6. Self-Regulated Irrigation

The solar irrigation system is more than just a solar panel and water pump used for irrigation. The latest developments in solar-powered irrigation systems allow for self-regulated irrigation of the land-based on the environmental conditions, crop water requirements, and water availability.

This system takes into account the multiple factors to regulate water pumping and distribution to increase agricultural productivity without compromising on the sustainability of the available water resources. 

Cons of Solar Irrigation System (Disadvantages)

1. High Initial Cost

Are Solar Panels as efficient as we think?

Even though solar irrigation system is considered to be an accessible and cost-effective alternative to fuel or electricity, the initial cost for material and installation of the system is relatively high. The cost of installation is directly related to the scale of the irrigation system. Unlike with electricity grids, the farmers have to bear the cost for solar panels, inverters, batteries, wiring, and installation by themselves.

However, governments are introducing favorable policy subsidy schemes for the promotion of solar energy in the irrigation sector. At the same time, recent advancements in solar technology and mass production are bringing the prices down.

2. Weather-Dependent

The dark side to being dependent on sunlight for energy is that it is non-functional at night. The efficiency of the solar system is weather-dependent. It works at full capacity only when the sky is clear and sunny. The solar panels can still collect energy during cloudy days, but lower production of energy and the drop in the efficiency of the system is largely noticeable under such weather conditions.

Alternatively, thermodynamics panels can collect heat from the ambient condition, even during the night and winter. However, its use is limited to basic indoor heating only and may not be powerful enough for irrigation purposes.

3. Needs More Space

A number of solar panels are required to generate enough energy to power the entire irrigation system. These solar panels are generally bulky and take up more space. Space management becomes critical in solar irrigation systems because the panels need should be appropriately positioned so that they get maximum exposure to the sunlight.

4. Impact on the Environment

Even though solar energy is considered to be a clean and climate-friendly source of energy, it is not free from its environmental footprint.

Its impact on the environment can be traced back to the manufacturing process where toxic and hazardous products are used. Furthermore, the transportation and installation of bulky solar panels are responsible for the emission of greenhouse gases. However, its contribution to clean energy movement adequately compensates for its indirect impact on the environment.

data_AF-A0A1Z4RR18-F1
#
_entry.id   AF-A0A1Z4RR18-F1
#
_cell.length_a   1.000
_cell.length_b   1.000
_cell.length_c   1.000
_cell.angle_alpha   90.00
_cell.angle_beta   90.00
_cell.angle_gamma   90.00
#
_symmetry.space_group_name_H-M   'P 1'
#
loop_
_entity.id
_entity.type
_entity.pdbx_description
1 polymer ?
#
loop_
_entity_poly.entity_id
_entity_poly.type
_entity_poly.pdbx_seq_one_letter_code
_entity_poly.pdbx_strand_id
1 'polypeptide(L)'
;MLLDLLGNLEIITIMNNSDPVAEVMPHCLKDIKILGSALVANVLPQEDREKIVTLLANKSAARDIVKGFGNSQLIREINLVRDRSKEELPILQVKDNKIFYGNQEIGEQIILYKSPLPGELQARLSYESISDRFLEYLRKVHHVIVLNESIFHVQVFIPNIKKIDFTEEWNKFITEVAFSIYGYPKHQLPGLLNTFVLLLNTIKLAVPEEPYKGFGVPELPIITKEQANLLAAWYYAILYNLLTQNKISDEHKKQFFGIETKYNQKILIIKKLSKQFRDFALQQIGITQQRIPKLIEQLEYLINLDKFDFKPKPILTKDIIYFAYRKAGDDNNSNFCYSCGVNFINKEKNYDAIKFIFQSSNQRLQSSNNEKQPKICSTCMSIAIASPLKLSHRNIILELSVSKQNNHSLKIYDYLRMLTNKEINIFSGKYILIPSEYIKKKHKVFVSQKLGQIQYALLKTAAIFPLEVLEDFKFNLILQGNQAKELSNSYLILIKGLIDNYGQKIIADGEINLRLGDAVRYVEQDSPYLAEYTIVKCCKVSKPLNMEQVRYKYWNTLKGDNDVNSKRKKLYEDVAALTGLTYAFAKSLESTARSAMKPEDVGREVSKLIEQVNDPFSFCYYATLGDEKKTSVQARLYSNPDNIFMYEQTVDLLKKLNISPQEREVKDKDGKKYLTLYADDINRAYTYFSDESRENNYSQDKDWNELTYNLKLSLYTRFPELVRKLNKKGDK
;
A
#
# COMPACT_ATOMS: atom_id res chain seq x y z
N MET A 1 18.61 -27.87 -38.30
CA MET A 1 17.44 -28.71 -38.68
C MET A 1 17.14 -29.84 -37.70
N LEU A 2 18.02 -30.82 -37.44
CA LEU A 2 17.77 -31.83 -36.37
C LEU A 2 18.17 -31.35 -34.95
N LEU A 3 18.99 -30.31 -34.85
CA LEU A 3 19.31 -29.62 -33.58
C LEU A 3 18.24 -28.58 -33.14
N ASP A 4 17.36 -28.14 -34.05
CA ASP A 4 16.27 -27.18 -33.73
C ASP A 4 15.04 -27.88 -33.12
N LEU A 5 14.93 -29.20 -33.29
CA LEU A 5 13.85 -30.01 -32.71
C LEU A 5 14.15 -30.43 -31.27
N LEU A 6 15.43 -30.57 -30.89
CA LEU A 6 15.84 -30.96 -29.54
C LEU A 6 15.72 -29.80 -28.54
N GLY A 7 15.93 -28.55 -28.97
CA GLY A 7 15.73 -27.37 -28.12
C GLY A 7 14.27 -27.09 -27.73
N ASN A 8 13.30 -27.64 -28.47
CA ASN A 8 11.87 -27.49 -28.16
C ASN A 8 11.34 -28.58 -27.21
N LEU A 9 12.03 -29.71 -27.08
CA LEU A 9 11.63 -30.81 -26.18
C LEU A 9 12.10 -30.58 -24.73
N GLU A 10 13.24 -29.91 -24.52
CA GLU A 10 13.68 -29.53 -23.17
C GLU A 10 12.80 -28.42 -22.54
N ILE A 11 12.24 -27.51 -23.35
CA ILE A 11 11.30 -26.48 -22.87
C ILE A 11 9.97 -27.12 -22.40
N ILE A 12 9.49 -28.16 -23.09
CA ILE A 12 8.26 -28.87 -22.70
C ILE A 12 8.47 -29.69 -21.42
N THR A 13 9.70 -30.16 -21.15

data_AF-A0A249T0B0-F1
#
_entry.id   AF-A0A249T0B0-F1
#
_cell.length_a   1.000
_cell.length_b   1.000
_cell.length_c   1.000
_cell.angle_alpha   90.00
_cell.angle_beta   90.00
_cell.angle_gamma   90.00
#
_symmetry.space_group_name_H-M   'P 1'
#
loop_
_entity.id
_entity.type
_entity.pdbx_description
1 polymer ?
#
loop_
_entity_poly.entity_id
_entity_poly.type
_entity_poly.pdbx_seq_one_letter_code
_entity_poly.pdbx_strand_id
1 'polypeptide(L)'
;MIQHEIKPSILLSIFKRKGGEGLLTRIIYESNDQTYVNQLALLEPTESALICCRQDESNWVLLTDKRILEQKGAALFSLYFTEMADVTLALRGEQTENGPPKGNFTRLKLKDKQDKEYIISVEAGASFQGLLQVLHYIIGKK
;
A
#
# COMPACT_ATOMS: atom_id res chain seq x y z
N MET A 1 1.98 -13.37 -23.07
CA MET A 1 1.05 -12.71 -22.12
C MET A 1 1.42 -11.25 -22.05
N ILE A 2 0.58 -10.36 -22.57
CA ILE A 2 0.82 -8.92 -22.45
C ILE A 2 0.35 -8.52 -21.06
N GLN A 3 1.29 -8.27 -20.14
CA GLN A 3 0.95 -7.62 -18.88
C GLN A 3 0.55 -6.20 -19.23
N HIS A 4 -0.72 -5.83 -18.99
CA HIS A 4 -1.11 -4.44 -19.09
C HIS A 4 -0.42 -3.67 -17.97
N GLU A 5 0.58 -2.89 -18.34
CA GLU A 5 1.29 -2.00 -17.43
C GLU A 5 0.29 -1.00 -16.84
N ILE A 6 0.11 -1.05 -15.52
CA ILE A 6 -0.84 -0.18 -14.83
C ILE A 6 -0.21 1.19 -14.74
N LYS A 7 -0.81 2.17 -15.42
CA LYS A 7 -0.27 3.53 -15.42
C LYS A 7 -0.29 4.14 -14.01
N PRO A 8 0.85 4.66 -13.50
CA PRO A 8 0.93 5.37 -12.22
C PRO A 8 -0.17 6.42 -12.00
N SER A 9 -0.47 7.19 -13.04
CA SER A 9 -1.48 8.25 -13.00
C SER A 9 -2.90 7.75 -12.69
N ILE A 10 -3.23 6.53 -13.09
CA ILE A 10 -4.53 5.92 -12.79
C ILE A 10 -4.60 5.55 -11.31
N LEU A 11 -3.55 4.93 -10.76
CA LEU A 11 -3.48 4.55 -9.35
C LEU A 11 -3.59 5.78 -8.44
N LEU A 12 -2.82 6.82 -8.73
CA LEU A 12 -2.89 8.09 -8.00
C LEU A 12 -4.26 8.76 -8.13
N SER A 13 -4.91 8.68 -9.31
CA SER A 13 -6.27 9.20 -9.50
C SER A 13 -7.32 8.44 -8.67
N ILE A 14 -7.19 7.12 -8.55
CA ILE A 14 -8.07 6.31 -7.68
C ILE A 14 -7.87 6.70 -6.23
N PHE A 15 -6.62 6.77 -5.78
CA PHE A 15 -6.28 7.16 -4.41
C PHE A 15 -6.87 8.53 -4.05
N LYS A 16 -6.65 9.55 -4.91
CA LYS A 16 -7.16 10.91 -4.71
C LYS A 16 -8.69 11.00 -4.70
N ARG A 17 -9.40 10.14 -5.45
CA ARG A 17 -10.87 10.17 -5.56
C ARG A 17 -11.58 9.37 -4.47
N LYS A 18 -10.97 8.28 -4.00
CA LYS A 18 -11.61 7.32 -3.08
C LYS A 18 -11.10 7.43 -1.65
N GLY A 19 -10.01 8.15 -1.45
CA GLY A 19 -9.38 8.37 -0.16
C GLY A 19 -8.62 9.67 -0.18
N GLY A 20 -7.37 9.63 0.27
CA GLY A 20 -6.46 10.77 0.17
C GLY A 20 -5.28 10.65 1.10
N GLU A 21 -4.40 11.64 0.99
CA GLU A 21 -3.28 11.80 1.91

5. Higher Energy Storage Costs

Solar energy works on the real-time principle, i.e., it works as long as the sun is out there. The energy generated during the daytime can be stored in batteries for later (nighttime) use.

But the cost associated with installing large batteries for power storage is higher than using electricity from the grid. So rather than resorting to solar energy as a sole source of power to the irrigation system, it’s smarter to have grid electricity, just in case!

6. Unsustainable Groundwater Extraction

The solar irrigation system has solved the problem of energy shortages to some extent. However, it is attributed to causing unsustainable groundwater extraction if not adequately managed or regulated.

Solar Irrigation will work if constructed properly

Solar irrigation system frees the farmer from any additional cost per unit of power. As a result, they become “extravagant” in the use of water resources. This leads to over-exploitation of underground water reserves, which can be a serious problem in the long term.

This problem can be solved with effective monitoring and governance of underground water extraction through the solar irrigation system.

Doing More with Less

The solar-powered irrigation system is the new face of smart agriculture practice made possible by innovation. It allows the farmer to do more with less. The effect is threefold: Save Water. Save Money. Save Energy.

Although these systems are quite expensive and require some technical knowledge, countries suffering from high temperatures and scarce water resources can benefit from efficient water management. Furthermore, the governments have favored this technology with policies and mechanisms to reach farmers facing irrigation problems due to energy shortages.

However, the solar irrigation system is not a standalone system. It is smarter to integrate solar energy with the electricity grid so that there is no shortage of power. The irrigation system is the engine of agriculture, and energy is what keeps it running.  An integrated approach to this water-energy-food triangle should drive the next innovation in the solar-powered irrigation system.